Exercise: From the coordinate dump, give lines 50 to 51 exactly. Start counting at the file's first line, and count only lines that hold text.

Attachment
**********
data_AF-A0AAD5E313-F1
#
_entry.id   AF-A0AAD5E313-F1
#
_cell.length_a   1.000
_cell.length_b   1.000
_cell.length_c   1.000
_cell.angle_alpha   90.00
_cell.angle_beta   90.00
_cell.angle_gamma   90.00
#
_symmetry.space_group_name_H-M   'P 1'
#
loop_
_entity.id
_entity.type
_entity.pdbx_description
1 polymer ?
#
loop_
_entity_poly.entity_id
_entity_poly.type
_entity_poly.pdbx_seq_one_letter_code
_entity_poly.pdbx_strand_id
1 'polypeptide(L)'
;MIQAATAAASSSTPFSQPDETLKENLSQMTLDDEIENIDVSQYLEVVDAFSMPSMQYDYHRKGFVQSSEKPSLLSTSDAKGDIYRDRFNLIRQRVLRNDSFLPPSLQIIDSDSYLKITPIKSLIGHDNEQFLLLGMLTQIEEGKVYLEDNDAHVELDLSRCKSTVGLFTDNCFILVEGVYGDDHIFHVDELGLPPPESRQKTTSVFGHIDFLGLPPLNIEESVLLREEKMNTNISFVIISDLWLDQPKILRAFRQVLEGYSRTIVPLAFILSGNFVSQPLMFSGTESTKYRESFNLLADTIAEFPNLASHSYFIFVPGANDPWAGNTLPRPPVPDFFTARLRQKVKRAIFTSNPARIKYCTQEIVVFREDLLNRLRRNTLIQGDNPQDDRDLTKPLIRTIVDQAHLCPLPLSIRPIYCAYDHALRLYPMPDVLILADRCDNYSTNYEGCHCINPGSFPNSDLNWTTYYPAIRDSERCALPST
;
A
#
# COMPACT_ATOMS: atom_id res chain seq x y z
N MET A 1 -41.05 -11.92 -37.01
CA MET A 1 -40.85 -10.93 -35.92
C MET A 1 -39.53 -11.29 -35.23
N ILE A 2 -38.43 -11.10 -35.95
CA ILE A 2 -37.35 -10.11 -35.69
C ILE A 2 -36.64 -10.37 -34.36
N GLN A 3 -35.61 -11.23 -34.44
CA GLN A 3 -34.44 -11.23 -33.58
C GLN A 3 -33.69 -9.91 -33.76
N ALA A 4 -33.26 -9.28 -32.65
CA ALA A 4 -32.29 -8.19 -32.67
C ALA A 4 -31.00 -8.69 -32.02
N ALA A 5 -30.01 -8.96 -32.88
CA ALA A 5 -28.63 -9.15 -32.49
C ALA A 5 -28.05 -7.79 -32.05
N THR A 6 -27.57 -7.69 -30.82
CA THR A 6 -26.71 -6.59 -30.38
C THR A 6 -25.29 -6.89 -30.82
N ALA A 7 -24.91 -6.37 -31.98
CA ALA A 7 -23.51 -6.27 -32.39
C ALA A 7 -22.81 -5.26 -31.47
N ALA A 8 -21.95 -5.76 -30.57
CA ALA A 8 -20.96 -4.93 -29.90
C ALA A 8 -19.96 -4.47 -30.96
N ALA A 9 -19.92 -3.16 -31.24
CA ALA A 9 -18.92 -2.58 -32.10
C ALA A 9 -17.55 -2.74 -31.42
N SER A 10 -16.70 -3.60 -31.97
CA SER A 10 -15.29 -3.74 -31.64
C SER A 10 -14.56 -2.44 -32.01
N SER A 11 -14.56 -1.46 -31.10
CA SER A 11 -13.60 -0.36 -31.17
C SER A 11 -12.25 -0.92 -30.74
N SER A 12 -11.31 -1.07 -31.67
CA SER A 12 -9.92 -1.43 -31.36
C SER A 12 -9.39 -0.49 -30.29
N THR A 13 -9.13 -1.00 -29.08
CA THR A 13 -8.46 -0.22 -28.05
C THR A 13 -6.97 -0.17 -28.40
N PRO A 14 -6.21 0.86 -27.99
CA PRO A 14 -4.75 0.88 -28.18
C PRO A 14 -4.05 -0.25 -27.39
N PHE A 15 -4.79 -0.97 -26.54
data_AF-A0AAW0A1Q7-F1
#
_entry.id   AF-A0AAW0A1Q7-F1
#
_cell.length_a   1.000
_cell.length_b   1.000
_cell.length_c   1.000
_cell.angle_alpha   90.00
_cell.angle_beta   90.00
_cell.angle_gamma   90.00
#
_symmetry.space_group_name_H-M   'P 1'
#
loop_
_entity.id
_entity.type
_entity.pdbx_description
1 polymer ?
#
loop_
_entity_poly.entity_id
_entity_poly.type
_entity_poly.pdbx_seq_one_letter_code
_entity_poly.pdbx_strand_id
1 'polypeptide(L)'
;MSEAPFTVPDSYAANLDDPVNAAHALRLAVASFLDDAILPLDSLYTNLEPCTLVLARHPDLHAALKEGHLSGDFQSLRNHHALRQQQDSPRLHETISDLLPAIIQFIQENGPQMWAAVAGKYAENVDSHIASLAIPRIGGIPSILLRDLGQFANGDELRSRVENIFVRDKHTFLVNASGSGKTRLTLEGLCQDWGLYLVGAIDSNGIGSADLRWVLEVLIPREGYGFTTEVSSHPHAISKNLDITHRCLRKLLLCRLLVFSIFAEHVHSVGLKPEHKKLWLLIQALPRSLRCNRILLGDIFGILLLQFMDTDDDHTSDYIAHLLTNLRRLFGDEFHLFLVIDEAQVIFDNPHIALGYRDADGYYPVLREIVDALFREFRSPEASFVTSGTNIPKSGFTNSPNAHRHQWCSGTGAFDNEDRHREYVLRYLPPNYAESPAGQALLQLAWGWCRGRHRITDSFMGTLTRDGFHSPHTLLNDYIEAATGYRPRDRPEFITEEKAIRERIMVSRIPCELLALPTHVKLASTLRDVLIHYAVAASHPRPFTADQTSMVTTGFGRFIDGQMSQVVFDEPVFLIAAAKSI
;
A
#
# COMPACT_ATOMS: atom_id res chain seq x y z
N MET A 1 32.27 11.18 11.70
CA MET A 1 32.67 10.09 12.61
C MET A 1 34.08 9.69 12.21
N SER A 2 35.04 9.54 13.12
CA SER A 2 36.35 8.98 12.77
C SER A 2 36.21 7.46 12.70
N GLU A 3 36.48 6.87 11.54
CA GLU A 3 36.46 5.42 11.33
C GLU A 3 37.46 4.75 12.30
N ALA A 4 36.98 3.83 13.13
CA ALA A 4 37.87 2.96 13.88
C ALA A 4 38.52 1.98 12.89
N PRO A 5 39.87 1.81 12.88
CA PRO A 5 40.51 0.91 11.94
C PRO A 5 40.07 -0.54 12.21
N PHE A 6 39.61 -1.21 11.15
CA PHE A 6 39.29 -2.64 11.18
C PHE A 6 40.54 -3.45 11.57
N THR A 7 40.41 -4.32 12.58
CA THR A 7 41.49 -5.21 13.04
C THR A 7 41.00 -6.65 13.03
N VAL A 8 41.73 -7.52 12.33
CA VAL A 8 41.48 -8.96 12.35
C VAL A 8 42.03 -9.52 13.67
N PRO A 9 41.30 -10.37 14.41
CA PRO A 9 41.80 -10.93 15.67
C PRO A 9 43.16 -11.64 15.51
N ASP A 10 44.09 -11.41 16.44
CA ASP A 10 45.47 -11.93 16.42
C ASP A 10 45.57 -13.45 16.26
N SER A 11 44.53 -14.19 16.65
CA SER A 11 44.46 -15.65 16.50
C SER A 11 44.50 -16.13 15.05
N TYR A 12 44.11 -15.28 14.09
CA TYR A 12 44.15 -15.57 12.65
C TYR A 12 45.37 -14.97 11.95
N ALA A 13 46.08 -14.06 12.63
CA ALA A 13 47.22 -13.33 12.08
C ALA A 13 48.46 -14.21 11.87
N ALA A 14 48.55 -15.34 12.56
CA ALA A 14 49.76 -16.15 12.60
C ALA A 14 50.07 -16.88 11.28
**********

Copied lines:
CA ALA A 7 -23.51 -6.27 -32.39
C ALA A 7 -22.81 -5.26 -31.47